We love MMOs, but we have to admit they're not for everyone. They're not for people who can't afford subscription fees, people who don't like other people, and people who don't necessarily want to spend 36 straight hours clicking on a complex series of buff spells only for the entire party to get wiped, moments before the Troll King gives up his sweet fungal booty. Thank God, then, for the massively single-player online RPG, a genre that exists solely for the benefit of the cheap, the creepy, and the time-poor.
MSORPGs are essentially browser-based, single-player games with a large community element that's external to the game's storyline. Because they're played in a web browser, you don't even need a PC to play them, so Wii, PS3, PSP and Mac users can all join in. Heavily text-based with minimal graphics, MSORPGs live or die on the quality of the writing, and most of them have a humorous slant. They're free to play (though donations are usually solicited in exchange for perks), but your game time per day is restricted, making them perfect for a quick lunchtime burst (wait, that sounds wrong).
Kingdom of Loathing
Of the MSORPGs, Kingdom of Loathing is the oldest, and probably the best. It's been going since 2003, and has a keen following. You play an adventurer who has been tasked by the Council of Loathing with finding the missing King Ralph, but as they cheerily inform you later, there's no real rush. Armed with little more than an accordion and a certain amount of moxie (at least if you're an Accordion Thief - other classes include Pastamancer, Disco Bandit and Turtle Tamer) you set off on your quest.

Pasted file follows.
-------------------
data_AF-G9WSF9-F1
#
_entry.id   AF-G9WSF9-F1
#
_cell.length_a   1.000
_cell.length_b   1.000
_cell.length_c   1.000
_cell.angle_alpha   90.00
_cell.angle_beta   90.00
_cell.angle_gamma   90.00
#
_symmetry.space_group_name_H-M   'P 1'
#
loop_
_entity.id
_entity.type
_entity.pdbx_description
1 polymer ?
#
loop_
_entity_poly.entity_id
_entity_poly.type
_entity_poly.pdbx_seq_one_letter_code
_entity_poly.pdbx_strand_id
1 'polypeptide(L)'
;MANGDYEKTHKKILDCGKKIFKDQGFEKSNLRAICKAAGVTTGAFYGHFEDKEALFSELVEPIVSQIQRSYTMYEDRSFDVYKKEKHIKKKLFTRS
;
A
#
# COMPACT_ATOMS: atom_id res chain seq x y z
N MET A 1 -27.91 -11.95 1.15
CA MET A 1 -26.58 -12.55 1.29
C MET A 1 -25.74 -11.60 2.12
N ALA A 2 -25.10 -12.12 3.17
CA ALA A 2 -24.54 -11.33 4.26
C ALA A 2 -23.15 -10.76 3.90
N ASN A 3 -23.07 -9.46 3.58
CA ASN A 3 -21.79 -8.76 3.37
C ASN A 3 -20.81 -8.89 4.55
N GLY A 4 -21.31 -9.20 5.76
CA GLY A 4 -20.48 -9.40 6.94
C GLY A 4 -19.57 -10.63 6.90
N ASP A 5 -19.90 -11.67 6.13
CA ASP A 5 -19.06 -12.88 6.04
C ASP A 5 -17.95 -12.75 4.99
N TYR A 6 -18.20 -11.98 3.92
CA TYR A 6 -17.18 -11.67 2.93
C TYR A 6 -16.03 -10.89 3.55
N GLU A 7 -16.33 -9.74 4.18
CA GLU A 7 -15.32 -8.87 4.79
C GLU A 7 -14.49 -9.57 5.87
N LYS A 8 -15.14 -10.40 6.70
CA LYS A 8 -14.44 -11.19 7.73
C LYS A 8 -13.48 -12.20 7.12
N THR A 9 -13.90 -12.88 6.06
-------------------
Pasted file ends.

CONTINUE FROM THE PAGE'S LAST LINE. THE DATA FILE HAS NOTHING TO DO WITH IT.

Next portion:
Each region of the black and white hand-drawn map (and hand-drawn by a child, at that - don't expect any fancy manga graphics here) is divided into several sections. Some sections are guarded by characters who give you quests (although you'll need a hermit-permit to visit the hermit), while other areas are questing areas, where you'll earn "meat" (the game's currency) by killing mummies, vampires and lemons in boxes. Entering a questing area costs you an adventuring point. You get 40 points a day, although they can be boosted by eating and drinking - as long as you don't get too drunk.
The script is stuffed with gags and pop culture references: some obvious (Tron and the Goonies in just the opening few paragraphs), and some more obscure (Vampire Hunter: D, anyone?). Seemingly basic, the game is in fact incredibly well designed, and there's a huge amount of content, as you'd expect for a game that's been developed for 5 years.
There's also a well maintained community, with an obsession for correct use of grammar; indeed, to use the chat function, you must first pass a test in which you have to deploy "their", "they're" and "there" in their correct usages, which should at least fox 90 per cent of WOW players. Once you're in, you'll be able to trade puns, knowledge and haiku with the other players, most of whom seem friendly and intelligent. Don't be misled by the title: Kingdom of Loathing is the gentlest, deepest and funniest MSORPG out there.